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Latent Variable and Structural Equation Models

Latent variable and structural equation models have many different aims. Educational researchers and psychometricians use them as a tool for constructing measurement scales, calibrating questions and scoring individuals. Social and medical scientists use them in an exploratory fashion for explaining interrelationships among a number of observed variables using a smaller than the observed number latent variables. Political scientists and sociologists use them for verifying or disputing a sociological or political theory.

Recent, theoretical and methodological advances (multilevel structures, longitudinal data, robust methods, nonlinear models, missing values) together with the computational advancements allow complex social phenomena to be disentangled and described by structural equation models.

The track focuses on theoretical and applied developments in the area of latent variable and structural equation modelling.

Co-Chairs
Xinyuan Song, The Chinese University of Hong Kong, China.
Hongtu Zhu, University of North Carolina at Chapel Hill, USA.
Members
  1. Jonathan Ansell, The University of Edinburgh, United Kingdom.
  2. Ruggero Bellio, University of Udine, Italy.
  3. Wicher Bergsma, London School of Economics, United Kingdom.
  4. Silvia Bianconcini, University of Bologna, Italy.
  5. Matilde Bini, European University of Rome, Italy.
  6. Maria Caterina Bramati, Sapienza University of Rome, Italy.
  7. Reto Buergin, University of Geneva, Switzerland.
  8. Silvia Cagnone, University of Bologna, Italy.
  9. Furio Camillo, University of Bologna, Italy.
  10. Leopoldo Catania, Tor Vergata University of Rome, Italy.
  11. Bryant Chen, UCLA, United States.
  12. Roberto Colombi, Universita di Bergamo, Italy.
  13. Matteo Farne, University of Bologna, Italy.
  14. Daniel Fernandez, SUNY-Albany - School of Public Health, United States.
  15. Michael Fop, University College Dublin, Ireland.
  16. Antonio Forcina, University of Perugia, Italy.
  17. Joseph Gastwirth, George Washington University, United States.
  18. Cees Glas, University of Twente, Netherlands.
  19. Isabella Gollini, University of Bristol, United Kingdom.
  20. Anna Gottard, University of Firenze, Italy.
  21. Leonardo Grilli, University of Florence, Italy.
  22. Ole-Petter Moe Hansen, Norwegian School of Economics, Norway.
  23. Solomon Harrar, University of Kentucky, United States.
  24. Kei Hirose, Kyushu University, Japan.
  25. Klaus Holst, University of Copenhagen, Denmark.
  26. Bei Jiang, University of Alberta, Canada.
  27. Karl Joreskog, University of Uppsala, Sweden.
  28. Zied Kacem, Polytechnique Sousse, Tunisia.
  29. Estelle Kuhn, INRA, France.
  30. Zhenqiu Laura Lu, University of Georgia, United States.
  31. Monia Lupparelli, University of Bologna, Italy.
  32. Marco Johannes Maier, Vienna University of Economics and Business, Austria.
  33. Brandon Malone, Max Planck Institute for Biology of Ageing, Germany.
  34. Marica Manisera, University of Brescia, Italy.
  35. Maria francesca Marino, Sapienza University of Rome, Italy.
  36. Antonello Maruotti, Universita di Roma Tre - University of Southampton, Italy.
  37. Albert Maydeus-Olivares, University of Barcelona, Spain.
  38. Aldo Medina Garay, IMECC-UNICAMP, Brazil.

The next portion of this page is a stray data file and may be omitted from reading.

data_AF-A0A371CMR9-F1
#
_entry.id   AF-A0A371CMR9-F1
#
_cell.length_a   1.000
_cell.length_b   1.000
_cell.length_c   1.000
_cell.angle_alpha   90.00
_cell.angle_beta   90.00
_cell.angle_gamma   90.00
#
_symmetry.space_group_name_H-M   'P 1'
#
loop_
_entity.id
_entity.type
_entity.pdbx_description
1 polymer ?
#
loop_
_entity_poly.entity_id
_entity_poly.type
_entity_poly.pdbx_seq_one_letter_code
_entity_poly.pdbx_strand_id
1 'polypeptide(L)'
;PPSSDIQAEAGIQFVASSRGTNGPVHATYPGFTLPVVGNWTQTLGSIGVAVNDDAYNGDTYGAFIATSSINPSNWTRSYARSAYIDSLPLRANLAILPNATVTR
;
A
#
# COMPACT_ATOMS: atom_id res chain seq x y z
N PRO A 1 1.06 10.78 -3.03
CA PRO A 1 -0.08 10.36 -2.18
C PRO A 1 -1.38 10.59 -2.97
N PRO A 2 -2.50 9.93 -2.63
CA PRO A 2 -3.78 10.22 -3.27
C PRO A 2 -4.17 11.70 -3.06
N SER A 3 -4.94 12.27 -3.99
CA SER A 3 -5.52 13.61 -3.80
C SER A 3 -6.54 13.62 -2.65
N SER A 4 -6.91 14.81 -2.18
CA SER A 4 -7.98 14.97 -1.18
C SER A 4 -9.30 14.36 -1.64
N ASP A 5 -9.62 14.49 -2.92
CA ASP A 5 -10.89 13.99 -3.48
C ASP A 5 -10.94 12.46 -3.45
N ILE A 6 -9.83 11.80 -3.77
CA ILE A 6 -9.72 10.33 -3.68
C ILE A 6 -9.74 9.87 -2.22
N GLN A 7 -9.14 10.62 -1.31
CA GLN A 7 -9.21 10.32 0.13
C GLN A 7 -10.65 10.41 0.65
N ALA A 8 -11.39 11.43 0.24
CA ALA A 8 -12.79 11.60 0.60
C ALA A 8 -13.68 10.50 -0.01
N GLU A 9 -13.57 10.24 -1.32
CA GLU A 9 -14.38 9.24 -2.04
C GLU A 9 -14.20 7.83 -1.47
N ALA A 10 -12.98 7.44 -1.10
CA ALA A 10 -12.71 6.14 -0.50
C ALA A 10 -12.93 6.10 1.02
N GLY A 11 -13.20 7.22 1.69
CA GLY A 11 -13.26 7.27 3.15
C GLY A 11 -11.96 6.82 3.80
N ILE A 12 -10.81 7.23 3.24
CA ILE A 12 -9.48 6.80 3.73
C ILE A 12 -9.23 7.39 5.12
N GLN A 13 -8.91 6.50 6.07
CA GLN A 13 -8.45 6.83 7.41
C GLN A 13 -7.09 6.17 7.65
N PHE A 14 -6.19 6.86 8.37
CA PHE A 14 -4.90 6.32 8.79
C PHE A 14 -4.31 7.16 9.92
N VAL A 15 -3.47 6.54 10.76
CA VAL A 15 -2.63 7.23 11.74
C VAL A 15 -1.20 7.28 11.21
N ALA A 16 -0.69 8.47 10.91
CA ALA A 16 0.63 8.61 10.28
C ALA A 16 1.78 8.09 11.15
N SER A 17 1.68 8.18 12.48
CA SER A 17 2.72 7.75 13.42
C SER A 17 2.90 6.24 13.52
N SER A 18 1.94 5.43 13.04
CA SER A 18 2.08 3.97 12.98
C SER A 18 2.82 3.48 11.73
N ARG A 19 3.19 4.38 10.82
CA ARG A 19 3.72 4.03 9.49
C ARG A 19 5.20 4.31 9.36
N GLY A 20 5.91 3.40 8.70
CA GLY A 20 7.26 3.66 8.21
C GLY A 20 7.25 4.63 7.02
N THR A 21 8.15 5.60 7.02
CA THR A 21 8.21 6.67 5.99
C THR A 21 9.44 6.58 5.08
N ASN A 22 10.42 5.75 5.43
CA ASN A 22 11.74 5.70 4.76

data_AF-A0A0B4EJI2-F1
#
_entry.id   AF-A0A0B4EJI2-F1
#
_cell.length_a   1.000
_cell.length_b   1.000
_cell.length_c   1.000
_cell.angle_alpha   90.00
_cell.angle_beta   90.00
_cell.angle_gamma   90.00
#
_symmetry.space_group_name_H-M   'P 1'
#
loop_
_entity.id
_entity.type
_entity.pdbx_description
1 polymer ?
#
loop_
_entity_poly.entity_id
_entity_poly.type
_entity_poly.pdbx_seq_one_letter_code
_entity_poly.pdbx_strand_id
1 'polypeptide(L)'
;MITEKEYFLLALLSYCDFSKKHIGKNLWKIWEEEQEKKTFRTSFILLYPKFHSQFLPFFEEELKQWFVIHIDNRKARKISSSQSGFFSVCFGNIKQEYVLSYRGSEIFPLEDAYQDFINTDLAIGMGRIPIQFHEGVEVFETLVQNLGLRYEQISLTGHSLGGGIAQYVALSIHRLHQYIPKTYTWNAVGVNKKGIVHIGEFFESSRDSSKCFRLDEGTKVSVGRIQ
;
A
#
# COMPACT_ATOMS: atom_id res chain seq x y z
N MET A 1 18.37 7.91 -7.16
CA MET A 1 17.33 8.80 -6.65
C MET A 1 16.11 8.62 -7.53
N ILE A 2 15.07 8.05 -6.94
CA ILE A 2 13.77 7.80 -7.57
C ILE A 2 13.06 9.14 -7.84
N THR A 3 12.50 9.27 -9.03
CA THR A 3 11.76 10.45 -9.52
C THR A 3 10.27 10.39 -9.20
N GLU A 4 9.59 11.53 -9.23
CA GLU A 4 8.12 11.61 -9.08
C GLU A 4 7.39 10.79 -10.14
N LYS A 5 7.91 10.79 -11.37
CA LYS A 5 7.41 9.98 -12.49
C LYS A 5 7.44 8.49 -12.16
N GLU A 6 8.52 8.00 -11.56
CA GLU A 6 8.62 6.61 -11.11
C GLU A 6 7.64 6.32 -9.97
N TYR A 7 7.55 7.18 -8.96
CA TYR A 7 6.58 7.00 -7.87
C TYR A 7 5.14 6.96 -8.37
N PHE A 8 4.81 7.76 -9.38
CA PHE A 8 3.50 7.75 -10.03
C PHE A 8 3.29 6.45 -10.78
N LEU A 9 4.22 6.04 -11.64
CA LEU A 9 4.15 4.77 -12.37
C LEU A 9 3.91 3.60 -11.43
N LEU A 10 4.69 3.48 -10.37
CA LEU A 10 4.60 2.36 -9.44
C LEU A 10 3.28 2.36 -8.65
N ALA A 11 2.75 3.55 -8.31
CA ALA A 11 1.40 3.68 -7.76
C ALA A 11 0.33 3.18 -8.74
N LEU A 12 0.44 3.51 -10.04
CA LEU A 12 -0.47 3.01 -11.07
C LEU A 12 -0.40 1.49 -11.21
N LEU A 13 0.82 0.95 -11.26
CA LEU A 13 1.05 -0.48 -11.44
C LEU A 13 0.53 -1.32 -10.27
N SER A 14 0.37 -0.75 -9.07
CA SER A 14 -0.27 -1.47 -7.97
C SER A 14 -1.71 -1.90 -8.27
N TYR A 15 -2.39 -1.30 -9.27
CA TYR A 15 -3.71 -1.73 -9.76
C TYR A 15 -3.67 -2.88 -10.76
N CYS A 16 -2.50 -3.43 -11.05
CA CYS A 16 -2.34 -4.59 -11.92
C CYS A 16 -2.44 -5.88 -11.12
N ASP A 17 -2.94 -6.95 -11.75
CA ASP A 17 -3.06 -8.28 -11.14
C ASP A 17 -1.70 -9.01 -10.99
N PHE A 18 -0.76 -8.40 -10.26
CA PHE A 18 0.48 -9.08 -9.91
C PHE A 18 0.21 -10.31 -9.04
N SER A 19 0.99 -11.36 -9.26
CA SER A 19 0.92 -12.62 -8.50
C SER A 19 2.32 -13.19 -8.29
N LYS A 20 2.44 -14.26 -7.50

39. Stefania Mignani, University of Bologna, Italy.
  40. Cristina Mollica, Sapienza Universita di Roma, Italy.
  41. Silvia Montagna, University of Warwick, United Kingdom.
  42. Angela Montanari, Alma mater studiorum-Universita di Bologna, Italy.
  43. Irini Moustaki, London School of Economics, UK.
  44. Flaminia Musella, Roma Tre University, Italy.
  45. Serena Ng, Columbia University, United States.
  46. Chris Oates, University of Warwick, United Kingdom.
  47. Qing Pan, George Washington University, United States.
  48. Junhao Pan, Sun Yat-sen University, China.
  49. Artem Prokhorov, University of Sydney, Australia.
  50. Carla Rampichini, University of Florence, Italy.
  51. Albert Satorra, University of Pompeu Fabra University, Spain.
  52. Nicolas Savy, Toulouse Institute of Mathematics, France.
  53. Golnaz Shahtahmassebi, Nottingham Trent University, United Kingdom.
  54. Xiangjin Shen, Bank of Canada, Canada.
  55. Jian Qing Shi, Newcastle University, United Kingdom.
  56. Yajuan Si, University of Wisconsin-Madison, United States.
  57. Anders Skrondal, Norwegian Institute of Public Health, Norway.
  58. Xinyuan Song, Chinese University of Hong Kong, China.
  59. Elena Stanghellini, University of Perugia, Italy.
  60. Maria Symeonaki, Panteion University of Social and Political Sciences, Greece.
  61. Johannes Textor, University of Utrecht, Netherlands.
  62. Marieke Timmerman, University of Groningen, Netherlands.
  63. Renaud Tissier, Leiden University Medical Centre, Netherlands.
  64. Catherine Trottier, University of Montpellier, France.
  65. Ioannis Tsamardinos, Foundation for Research and Technology Hellas, Greece.
  66. Michel Vaillant, Luxembourg Institute of Health, Luxembourg.
  67. Bernard Veldkamp, University of Twente, Netherlands.
  68. Jeroen Vermunt, Tilburg University, Netherlands.
  69. Paola Vicard, University Roma Tre, Italy.
  70. Cinzia Viroli, University of Bologna, Italy.
  71. Zheyu Wang, Johns Hopkins University, United States.
  72. Min-ge Xie, Rutgers University, United States.
  73. Fan Yang-Wallentin, University of Uppsala, Sweden.
  74. Valentin Zelenyuk, University of Queensland, Australia.
  75. Hongtu Zhu, University of Texas MD Anderson Cancer Center, United States.
  76. Paola Zuccolotto, University of Brescia, Italy.
  77. Piotr Zwiernik, Universitat Pompeu Fabra, Spain.